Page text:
UNL students gather in-person with masks for FIFA 21 tournament
"FIFA 21 tourney streaming now this rad crew." Photo by Professor Kaci Richter

Brian Petrotta sat among friends nearly 30 years ago. As they huddled around the TV, they all picked their favorite team in the latest NBA Live video game. 

But he wasn’t focused on winning; his plan all along was to lose the first round and spend the rest of his time broadcasting each game and covering the action that was about to transpire. 

Fast forward to the present day, Petrotta, one of the newest sports media hires at the University of Nebraska-Lincoln, never considered that broadcasting a video game would be a career option today. 

“I realized I was born way too early,” Petrotta said. “Now there’s a whole industry for that.” 

The industry known as esports has a diverse connotation. The negative side being that video games are a lazy pastime, but as of recently, this competition-driven team sport in the form of interactive video games has brought in billions of dollars. 

It’s way more than just video games. When examining the realm of esports, Petrotta, who is currently finishing his Ph.D. at the University of Oklahoma, is also researching how journalism fits into the esports playing field. This unveils a new world of opportunity. 

“There’s so much that goes into it,” he said. “It pulls from broadcasting. It pulls from digital journalism. It pulls from advertising, branding, marketing, PR. In fact, there’s probably a lot of growth in PR that needs to happen. For me, that’s why a college of journalism is the perfect home for esports.”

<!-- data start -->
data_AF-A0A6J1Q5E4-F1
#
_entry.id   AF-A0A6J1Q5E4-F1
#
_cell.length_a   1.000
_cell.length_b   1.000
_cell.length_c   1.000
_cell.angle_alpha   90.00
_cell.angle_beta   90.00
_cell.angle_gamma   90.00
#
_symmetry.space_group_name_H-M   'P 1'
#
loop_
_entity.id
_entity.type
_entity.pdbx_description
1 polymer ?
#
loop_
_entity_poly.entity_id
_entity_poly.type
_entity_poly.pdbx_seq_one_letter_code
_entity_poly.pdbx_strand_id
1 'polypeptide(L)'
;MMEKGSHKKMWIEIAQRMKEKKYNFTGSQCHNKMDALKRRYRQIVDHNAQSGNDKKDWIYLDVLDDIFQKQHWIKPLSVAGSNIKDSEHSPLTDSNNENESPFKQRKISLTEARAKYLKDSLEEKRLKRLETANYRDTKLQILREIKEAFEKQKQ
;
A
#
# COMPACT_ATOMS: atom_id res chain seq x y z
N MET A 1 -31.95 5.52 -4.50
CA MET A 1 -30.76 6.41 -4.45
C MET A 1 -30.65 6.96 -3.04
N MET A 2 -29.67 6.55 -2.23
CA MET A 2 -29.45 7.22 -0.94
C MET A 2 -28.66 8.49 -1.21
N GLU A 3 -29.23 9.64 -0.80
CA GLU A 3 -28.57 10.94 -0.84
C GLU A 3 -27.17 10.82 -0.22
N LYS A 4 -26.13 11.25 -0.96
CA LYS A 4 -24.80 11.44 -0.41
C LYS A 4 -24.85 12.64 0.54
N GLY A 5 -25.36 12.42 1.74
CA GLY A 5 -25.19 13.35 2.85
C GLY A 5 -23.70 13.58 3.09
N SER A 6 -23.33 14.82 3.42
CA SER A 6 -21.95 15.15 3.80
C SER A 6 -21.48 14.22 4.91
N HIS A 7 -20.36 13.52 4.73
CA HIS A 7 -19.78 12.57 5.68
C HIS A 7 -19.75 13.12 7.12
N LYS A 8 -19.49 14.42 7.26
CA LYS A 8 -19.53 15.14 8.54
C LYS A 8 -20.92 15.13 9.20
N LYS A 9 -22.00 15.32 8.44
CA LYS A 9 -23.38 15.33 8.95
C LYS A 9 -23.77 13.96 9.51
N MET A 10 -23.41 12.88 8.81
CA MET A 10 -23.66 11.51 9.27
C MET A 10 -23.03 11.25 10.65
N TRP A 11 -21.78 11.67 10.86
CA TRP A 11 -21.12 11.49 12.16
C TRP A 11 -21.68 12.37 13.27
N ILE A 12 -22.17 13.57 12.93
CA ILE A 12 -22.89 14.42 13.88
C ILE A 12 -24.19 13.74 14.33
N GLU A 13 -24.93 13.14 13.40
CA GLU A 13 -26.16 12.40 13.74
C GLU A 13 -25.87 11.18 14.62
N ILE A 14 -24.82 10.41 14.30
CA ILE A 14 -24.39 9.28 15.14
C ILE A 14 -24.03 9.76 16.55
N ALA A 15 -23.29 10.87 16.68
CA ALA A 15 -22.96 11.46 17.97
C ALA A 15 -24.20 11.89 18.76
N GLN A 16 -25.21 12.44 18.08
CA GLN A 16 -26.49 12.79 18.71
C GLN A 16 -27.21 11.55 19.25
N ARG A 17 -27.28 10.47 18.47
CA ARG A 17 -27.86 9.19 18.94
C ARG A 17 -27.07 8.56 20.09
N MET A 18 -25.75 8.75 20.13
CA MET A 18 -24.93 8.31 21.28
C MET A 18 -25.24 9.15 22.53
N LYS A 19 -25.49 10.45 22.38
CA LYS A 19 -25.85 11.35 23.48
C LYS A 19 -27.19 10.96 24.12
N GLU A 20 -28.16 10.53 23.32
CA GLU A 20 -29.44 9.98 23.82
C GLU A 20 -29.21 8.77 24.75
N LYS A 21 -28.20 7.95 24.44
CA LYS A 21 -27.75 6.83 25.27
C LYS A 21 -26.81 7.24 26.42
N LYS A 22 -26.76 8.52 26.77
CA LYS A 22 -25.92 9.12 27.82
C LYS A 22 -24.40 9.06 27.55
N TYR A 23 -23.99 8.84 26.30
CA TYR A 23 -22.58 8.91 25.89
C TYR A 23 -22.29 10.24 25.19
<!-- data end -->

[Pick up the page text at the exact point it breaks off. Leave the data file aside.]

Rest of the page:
Before Oklahoma, Petrotta began his collegiate journey at the University of Kansas where he started off studying print journalism. A relative involved in broadcasting piqued his interest in covering live sports. He found his journalism home on the radio as he jumped to calling minor league baseball out of college. This venture lasted eight years before he transitioned into sports information and PR at Wichita State University while broadcasting on the side. 

His schedule was packed as he worked many nights and weekends. He realized that if he wanted to spend time with his family, he needed to switch it up.

“I moved to Oklahoma State University and began to teach a PR class. I loved it so much I decided to go back and get my masters there,” said Petrotta. “To end up at Nebraska feels like I hit the lottery.” 

Petrotta will bring to UNL his Ph.D. in Strategic Communication where he hopes to incorporate his research on esports and how to implement effective media within. A student taking the course should be ready for a creative, project-based and hands-on learning experience in addition to hearing from esports athletes and industry professionals.

UNL is not the first college to try and get its foot in the door when it comes to involving esports. The University of North Texas has an esports varsity program. Oklahoma City University holds an esports combine for high school students to compete for scholarships. Fellow Big Ten school, Ohio State, constructed its own state-of-the-art esports arena accompanied by a curriculum, including the emergence of esports. 

The Nebraska Esports Club, a recognized student organization since October 2019, was born out of specific game clubs like the League of Legends or Rocket League Clubs.